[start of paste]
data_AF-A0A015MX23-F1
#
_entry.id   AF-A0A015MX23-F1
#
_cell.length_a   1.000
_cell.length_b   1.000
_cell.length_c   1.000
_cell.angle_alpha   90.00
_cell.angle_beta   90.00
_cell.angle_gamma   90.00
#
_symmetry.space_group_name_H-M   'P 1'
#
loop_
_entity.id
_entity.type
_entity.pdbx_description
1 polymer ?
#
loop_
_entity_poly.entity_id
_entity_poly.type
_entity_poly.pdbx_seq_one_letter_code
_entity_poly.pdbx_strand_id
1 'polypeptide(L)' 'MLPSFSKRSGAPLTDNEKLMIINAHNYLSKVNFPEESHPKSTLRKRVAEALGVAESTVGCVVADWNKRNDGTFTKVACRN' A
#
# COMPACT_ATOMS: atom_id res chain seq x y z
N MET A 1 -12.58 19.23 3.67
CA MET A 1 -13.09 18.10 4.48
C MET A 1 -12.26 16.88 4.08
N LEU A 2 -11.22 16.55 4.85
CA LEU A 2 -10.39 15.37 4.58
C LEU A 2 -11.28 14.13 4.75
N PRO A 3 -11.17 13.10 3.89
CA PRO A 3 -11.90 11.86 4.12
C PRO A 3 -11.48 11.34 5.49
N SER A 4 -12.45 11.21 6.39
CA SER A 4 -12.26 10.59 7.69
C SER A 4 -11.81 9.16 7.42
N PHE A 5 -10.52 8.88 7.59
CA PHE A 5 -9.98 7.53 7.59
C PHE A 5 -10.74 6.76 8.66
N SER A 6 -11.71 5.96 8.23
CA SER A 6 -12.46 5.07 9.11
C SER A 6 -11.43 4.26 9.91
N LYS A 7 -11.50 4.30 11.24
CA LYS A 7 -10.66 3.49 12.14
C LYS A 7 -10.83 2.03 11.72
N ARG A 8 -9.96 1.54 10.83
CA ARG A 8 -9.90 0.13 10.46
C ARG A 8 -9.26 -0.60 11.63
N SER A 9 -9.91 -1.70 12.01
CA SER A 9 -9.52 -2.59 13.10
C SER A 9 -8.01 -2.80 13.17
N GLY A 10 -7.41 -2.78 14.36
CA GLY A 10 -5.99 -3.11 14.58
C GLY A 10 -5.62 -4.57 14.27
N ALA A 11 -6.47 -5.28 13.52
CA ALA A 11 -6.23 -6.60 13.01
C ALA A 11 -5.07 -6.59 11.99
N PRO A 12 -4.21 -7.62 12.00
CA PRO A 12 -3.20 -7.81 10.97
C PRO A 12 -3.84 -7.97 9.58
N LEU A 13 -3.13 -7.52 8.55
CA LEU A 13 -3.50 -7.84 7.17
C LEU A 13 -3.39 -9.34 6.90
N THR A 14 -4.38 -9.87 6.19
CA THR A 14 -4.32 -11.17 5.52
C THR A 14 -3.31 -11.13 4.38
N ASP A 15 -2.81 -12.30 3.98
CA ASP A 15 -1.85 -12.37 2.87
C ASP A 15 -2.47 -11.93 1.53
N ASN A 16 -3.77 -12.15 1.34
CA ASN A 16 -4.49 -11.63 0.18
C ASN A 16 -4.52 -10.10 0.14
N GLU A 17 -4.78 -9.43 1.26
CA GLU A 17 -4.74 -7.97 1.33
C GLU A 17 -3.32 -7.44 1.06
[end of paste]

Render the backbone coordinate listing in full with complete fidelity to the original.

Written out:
data_AF-A0A015MX23-F1
#
_entry.id   AF-A0A015MX23-F1
#
_cell.length_a   1.000
_cell.length_b   1.000
_cell.length_c   1.000
_cell.angle_alpha   90.00
_cell.angle_beta   90.00
_cell.angle_gamma   90.00
#
_symmetry.space_group_name_H-M   'P 1'
#
loop_
_entity.id
_entity.type
_entity.pdbx_description
1 polymer ?
#
loop_
_entity_poly.entity_id
_entity_poly.type
_entity_poly.pdbx_seq_one_letter_code
_entity_poly.pdbx_strand_id
1 'polypeptide(L)' 'MLPSFSKRSGAPLTDNEKLMIINAHNYLSKVNFPEESHPKSTLRKRVAEALGVAESTVGCVVADWNKRNDGTFTKVACRN' A
#
# COMPACT_ATOMS: atom_id res chain seq x y z
N MET A 1 -12.58 19.23 3.67
CA MET A 1 -13.09 18.10 4.48
C MET A 1 -12.26 16.88 4.08
N LEU A 2 -11.22 16.55 4.85
CA LEU A 2 -10.39 15.37 4.58
C LEU A 2 -11.28 14.13 4.75
N PRO A 3 -11.17 13.10 3.89
CA PRO A 3 -11.90 11.86 4.12
C PRO A 3 -11.48 11.34 5.49
N SER A 4 -12.45 11.21 6.39
CA SER A 4 -12.26 10.59 7.69
C SER A 4 -11.81 9.16 7.42
N PHE A 5 -10.52 8.88 7.59
CA PHE A 5 -9.98 7.53 7.59
C PHE A 5 -10.74 6.76 8.66
N SER A 6 -11.71 5.96 8.23
CA SER A 6 -12.46 5.07 9.11
C SER A 6 -11.43 4.26 9.91
N LYS A 7 -11.50 4.30 11.24
CA LYS A 7 -10.66 3.49 12.14
C LYS A 7 -10.83 2.03 11.72
N ARG A 8 -9.96 1.54 10.83
CA ARG A 8 -9.90 0.13 10.46
C ARG A 8 -9.26 -0.60 11.63
N SER A 9 -9.91 -1.70 12.01
CA SER A 9 -9.52 -2.59 13.10
C SER A 9 -8.01 -2.80 13.17
N GLY A 10 -7.41 -2.78 14.36
CA GLY A 10 -5.99 -3.11 14.58
C GLY A 10 -5.62 -4.57 14.27
N ALA A 11 -6.47 -5.28 13.52
CA ALA A 11 -6.23 -6.60 13.01
C ALA A 11 -5.07 -6.59 11.99
N PRO A 12 -4.21 -7.62 12.00
CA PRO A 12 -3.20 -7.81 10.97
C PRO A 12 -3.84 -7.97 9.58
N LEU A 13 -3.13 -7.52 8.55
CA LEU A 13 -3.50 -7.84 7.17
C LEU A 13 -3.39 -9.34 6.90
N THR A 14 -4.38 -9.87 6.19
CA THR A 14 -4.32 -11.17 5.52
C THR A 14 -3.31 -11.13 4.38
N ASP A 15 -2.81 -12.30 3.98
CA ASP A 15 -1.85 -12.37 2.87
C ASP A 15 -2.47 -11.93 1.53
N ASN A 16 -3.77 -12.15 1.34
CA ASN A 16 -4.49 -11.63 0.18
C ASN A 16 -4.52 -10.10 0.14
N GLU A 17 -4.78 -9.43 1.26
CA GLU A 17 -4.74 -7.97 1.33
C GLU A 17 -3.32 -7.44 1.06